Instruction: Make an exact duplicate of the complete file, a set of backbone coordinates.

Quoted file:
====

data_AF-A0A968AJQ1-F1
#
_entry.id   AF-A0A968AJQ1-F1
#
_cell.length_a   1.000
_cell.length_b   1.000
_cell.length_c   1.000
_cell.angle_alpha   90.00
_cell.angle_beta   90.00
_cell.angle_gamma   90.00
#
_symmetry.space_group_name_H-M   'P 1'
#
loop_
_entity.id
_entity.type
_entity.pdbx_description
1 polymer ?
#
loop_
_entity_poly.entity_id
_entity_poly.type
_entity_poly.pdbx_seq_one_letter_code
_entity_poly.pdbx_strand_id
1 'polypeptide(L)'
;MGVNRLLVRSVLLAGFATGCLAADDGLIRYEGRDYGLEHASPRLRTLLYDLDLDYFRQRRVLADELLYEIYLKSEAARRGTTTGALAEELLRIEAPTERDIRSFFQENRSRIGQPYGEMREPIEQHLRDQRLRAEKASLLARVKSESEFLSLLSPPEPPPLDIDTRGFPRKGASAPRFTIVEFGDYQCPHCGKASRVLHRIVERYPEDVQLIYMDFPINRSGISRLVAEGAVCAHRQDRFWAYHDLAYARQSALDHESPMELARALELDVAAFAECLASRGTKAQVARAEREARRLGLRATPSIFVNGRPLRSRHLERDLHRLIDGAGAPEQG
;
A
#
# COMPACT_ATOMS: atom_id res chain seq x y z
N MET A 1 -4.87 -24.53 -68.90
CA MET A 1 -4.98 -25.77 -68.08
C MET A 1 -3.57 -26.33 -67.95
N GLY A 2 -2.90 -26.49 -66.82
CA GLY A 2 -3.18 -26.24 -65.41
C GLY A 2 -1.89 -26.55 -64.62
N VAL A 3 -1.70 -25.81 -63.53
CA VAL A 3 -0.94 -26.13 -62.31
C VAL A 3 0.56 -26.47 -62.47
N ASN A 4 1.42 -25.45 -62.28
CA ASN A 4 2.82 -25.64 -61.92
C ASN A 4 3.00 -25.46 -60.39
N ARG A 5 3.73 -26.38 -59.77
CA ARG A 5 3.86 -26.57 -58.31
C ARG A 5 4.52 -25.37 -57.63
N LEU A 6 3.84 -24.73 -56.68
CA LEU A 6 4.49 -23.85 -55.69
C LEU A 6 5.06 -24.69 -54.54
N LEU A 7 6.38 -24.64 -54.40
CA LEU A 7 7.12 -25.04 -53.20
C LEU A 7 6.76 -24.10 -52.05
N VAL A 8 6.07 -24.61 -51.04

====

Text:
data_AF-A0A968AJQ1-F1
#
_entry.id   AF-A0A968AJQ1-F1
#
_cell.length_a   1.000
_cell.length_b   1.000
_cell.length_c   1.000
_cell.angle_alpha   90.00
_cell.angle_beta   90.00
_cell.angle_gamma   90.00
#
_symmetry.space_group_name_H-M   'P 1'
#
loop_
_entity.id
_entity.type
_entity.pdbx_description
1 polymer ?
#
loop_
_entity_poly.entity_id
_entity_poly.type
_entity_poly.pdbx_seq_one_letter_code
_entity_poly.pdbx_strand_id
1 'polypeptide(L)'
;MGVNRLLVRSVLLAGFATGCLAADDGLIRYEGRDYGLEHASPRLRTLLYDLDLDYFRQRRVLADELLYEIYLKSEAARRGTTTGALAEELLRIEAPTERDIRSFFQENRSRIGQPYGEMREPIEQHLRDQRLRAEKASLLARVKSESEFLSLLSPPEPPPLDIDTRGFPRKGASAPRFTIVEFGDYQCPHCGKASRVLHRIVERYPEDVQLIYMDFPINRSGISRLVAEGAVCAHRQDRFWAYHDLAYARQSALDHESPMELARALELDVAAFAECLASRGTKAQVARAEREARRLGLRATPSIFVNGRPLRSRHLERDLHRLIDGAGAPEQG
;
A
#
# COMPACT_ATOMS: atom_id res chain seq x y z
N MET A 1 -4.87 -24.53 -68.90
CA MET A 1 -4.98 -25.77 -68.08
C MET A 1 -3.57 -26.33 -67.95
N GLY A 2 -2.90 -26.49 -66.82
CA GLY A 2 -3.18 -26.24 -65.41
C GLY A 2 -1.89 -26.55 -64.62
N VAL A 3 -1.70 -25.81 -63.53
CA VAL A 3 -0.94 -26.13 -62.31
C VAL A 3 0.56 -26.47 -62.47
N ASN A 4 1.42 -25.45 -62.28
CA ASN A 4 2.82 -25.64 -61.92
C ASN A 4 3.00 -25.46 -60.39
N ARG A 5 3.73 -26.38 -59.77
CA ARG A 5 3.86 -26.57 -58.31
C ARG A 5 4.52 -25.37 -57.63
N LEU A 6 3.84 -24.73 -56.68
CA LEU A 6 4.49 -23.85 -55.69
C LEU A 6 5.06 -24.69 -54.54
N LEU A 7 6.38 -24.64 -54.40
CA LEU A 7 7.12 -25.04 -53.20
C LEU A 7 6.76 -24.10 -52.05
N VAL A 8 6.07 -24.61 -51.04